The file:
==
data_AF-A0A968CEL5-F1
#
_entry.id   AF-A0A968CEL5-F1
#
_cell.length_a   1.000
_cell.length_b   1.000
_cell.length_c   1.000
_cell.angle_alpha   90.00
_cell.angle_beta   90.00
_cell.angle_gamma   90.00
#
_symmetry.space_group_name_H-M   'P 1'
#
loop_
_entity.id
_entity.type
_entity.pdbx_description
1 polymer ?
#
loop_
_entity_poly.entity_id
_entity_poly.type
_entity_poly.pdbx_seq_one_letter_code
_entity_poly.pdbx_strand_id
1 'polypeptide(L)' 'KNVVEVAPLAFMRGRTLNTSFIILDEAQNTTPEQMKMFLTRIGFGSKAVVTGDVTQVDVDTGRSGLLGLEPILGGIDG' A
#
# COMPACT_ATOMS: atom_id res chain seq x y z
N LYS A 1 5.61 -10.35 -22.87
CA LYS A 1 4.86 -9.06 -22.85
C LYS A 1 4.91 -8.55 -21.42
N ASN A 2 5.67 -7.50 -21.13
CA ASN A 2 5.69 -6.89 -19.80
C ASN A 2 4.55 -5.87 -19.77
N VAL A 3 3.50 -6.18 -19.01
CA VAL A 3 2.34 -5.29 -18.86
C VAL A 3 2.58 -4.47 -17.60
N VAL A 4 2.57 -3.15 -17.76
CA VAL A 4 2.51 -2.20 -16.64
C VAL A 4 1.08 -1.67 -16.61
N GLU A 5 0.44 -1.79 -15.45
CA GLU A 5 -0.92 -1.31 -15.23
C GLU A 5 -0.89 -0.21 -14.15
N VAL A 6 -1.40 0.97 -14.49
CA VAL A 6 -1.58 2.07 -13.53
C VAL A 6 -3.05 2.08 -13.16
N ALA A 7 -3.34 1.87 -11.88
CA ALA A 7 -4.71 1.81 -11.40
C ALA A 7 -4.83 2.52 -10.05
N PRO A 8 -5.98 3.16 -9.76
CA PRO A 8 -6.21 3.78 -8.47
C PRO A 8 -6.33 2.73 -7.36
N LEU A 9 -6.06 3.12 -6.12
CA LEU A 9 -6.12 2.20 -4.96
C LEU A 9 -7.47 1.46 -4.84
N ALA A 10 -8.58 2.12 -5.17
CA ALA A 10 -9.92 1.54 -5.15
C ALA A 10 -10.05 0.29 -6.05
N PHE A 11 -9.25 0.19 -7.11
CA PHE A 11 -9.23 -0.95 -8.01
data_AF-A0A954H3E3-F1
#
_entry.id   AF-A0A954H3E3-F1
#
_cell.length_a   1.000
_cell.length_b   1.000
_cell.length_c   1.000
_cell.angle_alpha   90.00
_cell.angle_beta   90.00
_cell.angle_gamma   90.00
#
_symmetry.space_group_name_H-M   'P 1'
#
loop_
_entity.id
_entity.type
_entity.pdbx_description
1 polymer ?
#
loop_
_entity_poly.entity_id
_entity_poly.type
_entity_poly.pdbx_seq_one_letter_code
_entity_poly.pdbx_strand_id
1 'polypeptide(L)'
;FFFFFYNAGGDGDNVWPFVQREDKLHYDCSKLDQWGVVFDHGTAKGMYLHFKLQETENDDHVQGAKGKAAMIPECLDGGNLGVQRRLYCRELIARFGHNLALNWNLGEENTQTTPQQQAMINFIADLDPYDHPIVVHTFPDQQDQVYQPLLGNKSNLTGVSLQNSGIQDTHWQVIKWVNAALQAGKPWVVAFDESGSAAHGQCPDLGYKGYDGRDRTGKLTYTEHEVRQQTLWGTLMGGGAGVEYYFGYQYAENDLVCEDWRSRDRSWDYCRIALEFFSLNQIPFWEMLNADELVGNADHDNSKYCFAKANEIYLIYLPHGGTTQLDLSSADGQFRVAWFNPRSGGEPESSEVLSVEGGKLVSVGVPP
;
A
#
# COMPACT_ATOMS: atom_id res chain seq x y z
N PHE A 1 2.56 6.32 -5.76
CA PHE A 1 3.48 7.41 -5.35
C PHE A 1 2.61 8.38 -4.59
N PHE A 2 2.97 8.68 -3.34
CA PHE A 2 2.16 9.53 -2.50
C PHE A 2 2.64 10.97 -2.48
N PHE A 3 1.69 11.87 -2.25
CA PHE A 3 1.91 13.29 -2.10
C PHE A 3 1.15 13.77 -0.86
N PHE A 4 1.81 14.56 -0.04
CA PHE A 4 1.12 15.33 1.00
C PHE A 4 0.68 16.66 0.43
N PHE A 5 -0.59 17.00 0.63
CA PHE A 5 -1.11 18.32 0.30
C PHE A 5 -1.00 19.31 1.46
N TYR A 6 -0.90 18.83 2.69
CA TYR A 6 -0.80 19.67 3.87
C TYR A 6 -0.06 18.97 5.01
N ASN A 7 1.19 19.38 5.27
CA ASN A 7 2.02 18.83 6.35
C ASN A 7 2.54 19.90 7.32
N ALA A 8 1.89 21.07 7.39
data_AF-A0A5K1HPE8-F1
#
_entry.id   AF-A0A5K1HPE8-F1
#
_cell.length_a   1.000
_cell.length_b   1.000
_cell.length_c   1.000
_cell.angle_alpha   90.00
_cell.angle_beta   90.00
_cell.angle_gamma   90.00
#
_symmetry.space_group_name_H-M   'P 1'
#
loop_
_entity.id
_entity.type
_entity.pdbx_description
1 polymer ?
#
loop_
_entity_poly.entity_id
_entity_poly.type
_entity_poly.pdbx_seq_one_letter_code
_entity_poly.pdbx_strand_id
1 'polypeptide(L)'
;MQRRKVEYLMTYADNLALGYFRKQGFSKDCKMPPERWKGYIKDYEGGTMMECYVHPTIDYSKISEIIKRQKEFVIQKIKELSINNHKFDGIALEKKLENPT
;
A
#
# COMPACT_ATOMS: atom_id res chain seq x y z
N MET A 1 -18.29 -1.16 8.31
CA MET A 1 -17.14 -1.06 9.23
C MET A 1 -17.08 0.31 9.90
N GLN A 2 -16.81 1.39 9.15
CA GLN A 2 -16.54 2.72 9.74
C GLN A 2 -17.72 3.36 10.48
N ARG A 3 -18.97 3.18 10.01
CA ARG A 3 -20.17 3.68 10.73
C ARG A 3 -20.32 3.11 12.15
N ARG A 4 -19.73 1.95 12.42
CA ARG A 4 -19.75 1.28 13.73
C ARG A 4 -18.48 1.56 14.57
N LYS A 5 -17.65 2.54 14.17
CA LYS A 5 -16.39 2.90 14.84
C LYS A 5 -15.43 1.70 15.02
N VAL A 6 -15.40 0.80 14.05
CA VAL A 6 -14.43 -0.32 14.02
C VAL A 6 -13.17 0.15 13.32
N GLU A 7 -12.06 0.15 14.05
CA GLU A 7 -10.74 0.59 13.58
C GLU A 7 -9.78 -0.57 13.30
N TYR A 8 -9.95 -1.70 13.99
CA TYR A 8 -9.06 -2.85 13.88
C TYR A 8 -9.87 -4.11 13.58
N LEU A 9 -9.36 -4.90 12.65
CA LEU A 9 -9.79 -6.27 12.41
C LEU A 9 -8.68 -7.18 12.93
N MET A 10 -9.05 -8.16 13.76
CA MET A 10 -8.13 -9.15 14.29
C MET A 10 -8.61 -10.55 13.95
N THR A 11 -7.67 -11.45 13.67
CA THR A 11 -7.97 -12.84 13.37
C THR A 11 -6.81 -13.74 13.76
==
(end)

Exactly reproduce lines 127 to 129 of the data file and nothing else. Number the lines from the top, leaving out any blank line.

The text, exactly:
_entity.type
_entity.pdbx_description
1 polymer ?